Second choice you walk down your street 20 feet and cross the road in front of someone else house and your dog can pee anywhere it damn well likes and no one goes all crazy pants.

Yes I know you can legally cross where you like and your dog can pee where it likes, but the crazy woman is depending on her crazy to make you do what she wants, I guess it's up to you to decide which option is your preferred one.
posted by wwax at 9:41 AM on July 2, 2013

I'm a dog-owner, dog-lover, and I would be upset if you brought your dog across the street to pee on my grass repeatedly. I have the courtesy to make sure my dog doesn't frequent the same neighbor's yards, and if I had a neighbor complain, I'd make sure Dex did his business somewhere else.

Aside from her anger, she's not being unreasonable in her request. Why are you so intent on having your dog pee there?
ftm: dog pee doesn't particularly kill grass,
Patently false. There are dead spots from dog pee in the lawn of a dog owner next to me, whose little pug won't spread it out.

They come back, but there's definitely a die-off period.
posted by IAmBroom at 9:47 AM on July 2, 2013 [2 favorites]

probably 95% of people in this neighborhood have dogs

Which means probably 95% of the people in this neighborhood won't mind if your dog pees on their lawn (or the strip of lawn they don't technically own but are responsible for even though your taxes also support its maintenance).

I mean, yes, it's annoying to be scolded and it's unpleasant to have someone yell at you over something as minor as your dog peeing on (what they consider) their lawn. It sounds like this lady has either a cultural/language barrier, or poor social skills, or both, and doesn't like dogs. But I think you should imagine what you'd do if she'd been more polite--"Hey, I know this part of the lawn is public property, but I'm technically supposed to take care of it as the resident on this property. I've noticed that dog urine leaves the grass all patchy. Can you guide your dog to another area to pee?"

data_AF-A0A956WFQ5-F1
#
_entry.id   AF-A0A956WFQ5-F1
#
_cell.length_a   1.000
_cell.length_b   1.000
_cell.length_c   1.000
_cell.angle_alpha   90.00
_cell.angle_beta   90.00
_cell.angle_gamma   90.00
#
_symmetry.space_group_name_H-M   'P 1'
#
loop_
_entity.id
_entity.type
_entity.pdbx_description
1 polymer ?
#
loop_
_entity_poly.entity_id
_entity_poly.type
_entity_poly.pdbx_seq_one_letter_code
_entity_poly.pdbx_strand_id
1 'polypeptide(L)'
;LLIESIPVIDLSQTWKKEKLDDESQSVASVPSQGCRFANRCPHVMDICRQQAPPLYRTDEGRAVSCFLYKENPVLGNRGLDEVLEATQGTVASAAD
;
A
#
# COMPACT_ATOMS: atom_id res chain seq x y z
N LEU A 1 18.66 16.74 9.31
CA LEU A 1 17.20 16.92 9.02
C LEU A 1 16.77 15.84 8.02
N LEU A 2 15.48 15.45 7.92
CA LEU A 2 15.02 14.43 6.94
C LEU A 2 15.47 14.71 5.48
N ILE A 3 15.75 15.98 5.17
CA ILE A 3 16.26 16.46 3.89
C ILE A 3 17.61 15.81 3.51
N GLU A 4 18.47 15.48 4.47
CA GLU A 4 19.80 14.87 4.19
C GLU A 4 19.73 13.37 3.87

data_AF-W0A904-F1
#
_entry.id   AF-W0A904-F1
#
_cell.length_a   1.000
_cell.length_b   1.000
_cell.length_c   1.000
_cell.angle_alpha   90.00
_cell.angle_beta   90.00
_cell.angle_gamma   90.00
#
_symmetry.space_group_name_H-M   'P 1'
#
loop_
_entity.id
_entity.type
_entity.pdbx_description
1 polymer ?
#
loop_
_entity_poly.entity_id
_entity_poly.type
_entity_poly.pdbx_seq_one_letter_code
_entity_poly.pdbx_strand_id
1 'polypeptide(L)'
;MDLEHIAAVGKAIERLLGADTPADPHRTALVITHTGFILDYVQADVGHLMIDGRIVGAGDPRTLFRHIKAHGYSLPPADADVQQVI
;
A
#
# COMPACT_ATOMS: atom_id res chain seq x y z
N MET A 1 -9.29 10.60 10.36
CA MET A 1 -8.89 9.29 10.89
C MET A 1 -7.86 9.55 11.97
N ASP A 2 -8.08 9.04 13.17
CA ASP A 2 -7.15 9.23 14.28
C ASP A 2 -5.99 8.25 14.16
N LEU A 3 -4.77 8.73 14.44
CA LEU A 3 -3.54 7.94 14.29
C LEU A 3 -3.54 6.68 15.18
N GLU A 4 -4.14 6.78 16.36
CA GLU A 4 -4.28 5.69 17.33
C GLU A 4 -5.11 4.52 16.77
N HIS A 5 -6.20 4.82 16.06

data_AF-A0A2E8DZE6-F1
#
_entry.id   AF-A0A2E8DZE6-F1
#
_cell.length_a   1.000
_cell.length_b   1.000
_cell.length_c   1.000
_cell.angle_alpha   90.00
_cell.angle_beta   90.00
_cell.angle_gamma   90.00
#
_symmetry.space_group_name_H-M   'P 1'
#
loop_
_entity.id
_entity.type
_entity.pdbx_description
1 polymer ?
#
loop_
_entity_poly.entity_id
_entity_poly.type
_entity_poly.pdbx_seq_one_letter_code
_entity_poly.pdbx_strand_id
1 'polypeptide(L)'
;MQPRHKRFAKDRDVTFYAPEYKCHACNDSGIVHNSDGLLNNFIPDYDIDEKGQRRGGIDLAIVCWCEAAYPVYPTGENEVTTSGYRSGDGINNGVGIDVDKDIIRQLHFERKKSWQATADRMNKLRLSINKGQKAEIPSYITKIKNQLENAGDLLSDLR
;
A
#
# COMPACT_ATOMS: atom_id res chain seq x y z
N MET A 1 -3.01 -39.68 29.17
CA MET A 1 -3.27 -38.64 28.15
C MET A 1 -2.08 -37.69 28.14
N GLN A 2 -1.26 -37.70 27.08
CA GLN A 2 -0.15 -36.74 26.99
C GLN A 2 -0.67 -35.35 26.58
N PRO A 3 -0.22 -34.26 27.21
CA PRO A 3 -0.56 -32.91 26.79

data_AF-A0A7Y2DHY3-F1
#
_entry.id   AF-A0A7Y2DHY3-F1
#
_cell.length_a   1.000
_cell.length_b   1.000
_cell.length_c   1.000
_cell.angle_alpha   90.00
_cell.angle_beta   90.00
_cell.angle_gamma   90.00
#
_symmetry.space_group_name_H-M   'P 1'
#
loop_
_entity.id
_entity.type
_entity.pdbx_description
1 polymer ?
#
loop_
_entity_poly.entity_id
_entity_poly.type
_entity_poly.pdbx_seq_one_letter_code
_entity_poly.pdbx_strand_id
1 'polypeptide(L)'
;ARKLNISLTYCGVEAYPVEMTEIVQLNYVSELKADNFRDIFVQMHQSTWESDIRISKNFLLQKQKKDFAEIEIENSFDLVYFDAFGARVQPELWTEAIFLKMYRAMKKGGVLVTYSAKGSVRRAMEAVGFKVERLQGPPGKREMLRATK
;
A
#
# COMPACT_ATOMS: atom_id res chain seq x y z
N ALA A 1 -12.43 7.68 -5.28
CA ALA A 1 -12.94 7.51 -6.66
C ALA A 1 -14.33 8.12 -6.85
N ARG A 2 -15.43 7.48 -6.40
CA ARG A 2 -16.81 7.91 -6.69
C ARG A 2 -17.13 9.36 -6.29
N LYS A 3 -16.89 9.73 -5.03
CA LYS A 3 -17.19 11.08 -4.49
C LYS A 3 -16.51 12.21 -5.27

If she'd asked nicely, would you really be opposed to walking your dog briskly past her house? Don't you have certain places--yards edged with nice flower gardens, for instance--where you pick up the pace and don't let your dog stop and pee? This is an easy opportunity to foster good neighbor relations without giving up anything important. Don't let her bad manners distract you from that.
posted by Meg_Murry at 11:58 AM on July 2, 2013

You can be within your rights but still just decide to be generous about it.

Walking my dog in my New York City neighborhood, my incredibly sweet dog, who everyone loved and fawned over, peed on the grassy part of a traffic island in the middle of a large avenue. Someone had planted flowers behind a low metalwork fence in the traffic island and she thought a drop of dog urine might have splashed through the metalwork into the flower area. She watched from the curb and got upset with me when I returned from my walk. I thought it was a non-issue but I apologized (a bit excessively for my own pleasure) but didn't have my dog pee near her flowers again. Of course she did not own the traffic island but she had invested her labor into gardening it. Afterwards I rolled my eyes because I thought she was over the top about a possible drop of pee getting through the fence onto "her" flowers, but in my actions I respected her wishes because I understood that my dog could just as easily pee a few yards down and not disturb this lady's sense of her gardenwork.

Another time: a neighbor came out of the shadows and surprised my dog. My dog barked protectively like a jerk and scared the neighbor. The dog did not bite the neighbor and nothing illegal happened. The neighbor expressed her sense of fear and shock. I could understand why my dog had barked out of being surprised, and could have just defended my dog, but I felt bad that the woman had been frightened and so I brought her a pie the next day. We remained friendly neighbors.

In essence, it's the farmers and the cowman from the musical Oklahoma. ANd hey, territory folks should stick together, territory folks should all be pals.
posted by third rail at 11:59 AM on July 2, 2013 [2 favorites]

Let it go. Just don't walk by there. You're 100% right, but you don't always have to win, and in this case you're not going to.
posted by cnc at 1:41 PM on July 2, 2013

Am I reading this wrong, or are you crossing the street to walk past her house?
posted by sarcasticah at 3:28 PM on July 2, 2013 [4 favorites]

I think you should ignore it. I don't think you are 100% right, and I don't think she is 100% right. She made what I think is a reasonable request, and while you did try to accommodate her, you also sound hell-bent on denying whether it's reasonable in the first place. Does it matter? I think it's a lot easier to keep your dog from peeing in that area than it is to keep having these confrontations and fears about your neighbor.
posted by sm1tten at 4:10 PM on July 3, 2013